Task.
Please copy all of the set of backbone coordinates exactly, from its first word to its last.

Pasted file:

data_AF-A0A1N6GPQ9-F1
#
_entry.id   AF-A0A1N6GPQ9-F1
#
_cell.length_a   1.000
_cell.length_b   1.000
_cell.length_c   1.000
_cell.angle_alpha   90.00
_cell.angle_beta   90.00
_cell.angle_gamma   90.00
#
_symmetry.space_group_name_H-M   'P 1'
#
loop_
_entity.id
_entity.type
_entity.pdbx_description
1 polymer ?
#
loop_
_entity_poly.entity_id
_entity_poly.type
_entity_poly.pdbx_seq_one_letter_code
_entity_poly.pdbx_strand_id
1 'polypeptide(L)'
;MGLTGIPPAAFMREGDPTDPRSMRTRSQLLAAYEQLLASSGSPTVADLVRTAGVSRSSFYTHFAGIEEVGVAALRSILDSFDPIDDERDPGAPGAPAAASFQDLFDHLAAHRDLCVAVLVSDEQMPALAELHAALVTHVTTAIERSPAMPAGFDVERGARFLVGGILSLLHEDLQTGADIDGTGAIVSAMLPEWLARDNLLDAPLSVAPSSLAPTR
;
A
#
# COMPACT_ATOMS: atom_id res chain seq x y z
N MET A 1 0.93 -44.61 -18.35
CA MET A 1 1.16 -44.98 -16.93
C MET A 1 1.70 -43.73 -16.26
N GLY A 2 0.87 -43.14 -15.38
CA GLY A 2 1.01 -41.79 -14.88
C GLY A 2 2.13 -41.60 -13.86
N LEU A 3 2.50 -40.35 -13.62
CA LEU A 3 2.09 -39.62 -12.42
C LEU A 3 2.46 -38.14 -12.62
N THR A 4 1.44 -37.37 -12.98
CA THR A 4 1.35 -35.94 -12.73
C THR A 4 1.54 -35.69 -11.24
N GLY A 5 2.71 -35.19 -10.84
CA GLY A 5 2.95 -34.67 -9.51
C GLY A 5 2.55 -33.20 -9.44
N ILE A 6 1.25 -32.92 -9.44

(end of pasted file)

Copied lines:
data_AF-A0A1N6GPQ9-F1
#
_entry.id   AF-A0A1N6GPQ9-F1
#
_cell.length_a   1.000
_cell.length_b   1.000
_cell.length_c   1.000
_cell.angle_alpha   90.00
_cell.angle_beta   90.00
_cell.angle_gamma   90.00
#
_symmetry.space_group_name_H-M   'P 1'
#
loop_
_entity.id
_entity.type
_entity.pdbx_description
1 polymer ?
#
loop_
_entity_poly.entity_id
_entity_poly.type
_entity_poly.pdbx_seq_one_letter_code
_entity_poly.pdbx_strand_id
1 'polypeptide(L)'
;MGLTGIPPAAFMREGDPTDPRSMRTRSQLLAAYEQLLASSGSPTVADLVRTAGVSRSSFYTHFAGIEEVGVAALRSILDSFDPIDDERDPGAPGAPAAASFQDLFDHLAAHRDLCVAVLVSDEQMPALAELHAALVTHVTTAIERSPAMPAGFDVERGARFLVGGILSLLHEDLQTGADIDGTGAIVSAMLPEWLARDNLLDAPLSVAPSSLAPTR
;
A
#
# COMPACT_ATOMS: atom_id res chain seq x y z
N MET A 1 0.93 -44.61 -18.35
CA MET A 1 1.16 -44.98 -16.93
C MET A 1 1.70 -43.73 -16.26
N GLY A 2 0.87 -43.14 -15.38
CA GLY A 2 1.01 -41.79 -14.88
C GLY A 2 2.13 -41.60 -13.86
N LEU A 3 2.50 -40.35 -13.62
CA LEU A 3 2.09 -39.62 -12.42
C LEU A 3 2.46 -38.14 -12.62
N THR A 4 1.44 -37.37 -12.98
CA THR A 4 1.35 -35.94 -12.73
C THR A 4 1.54 -35.69 -11.24
N GLY A 5 2.71 -35.19 -10.84
CA GLY A 5 2.95 -34.67 -9.51
C GLY A 5 2.55 -33.20 -9.44
N ILE A 6 1.25 -32.92 -9.44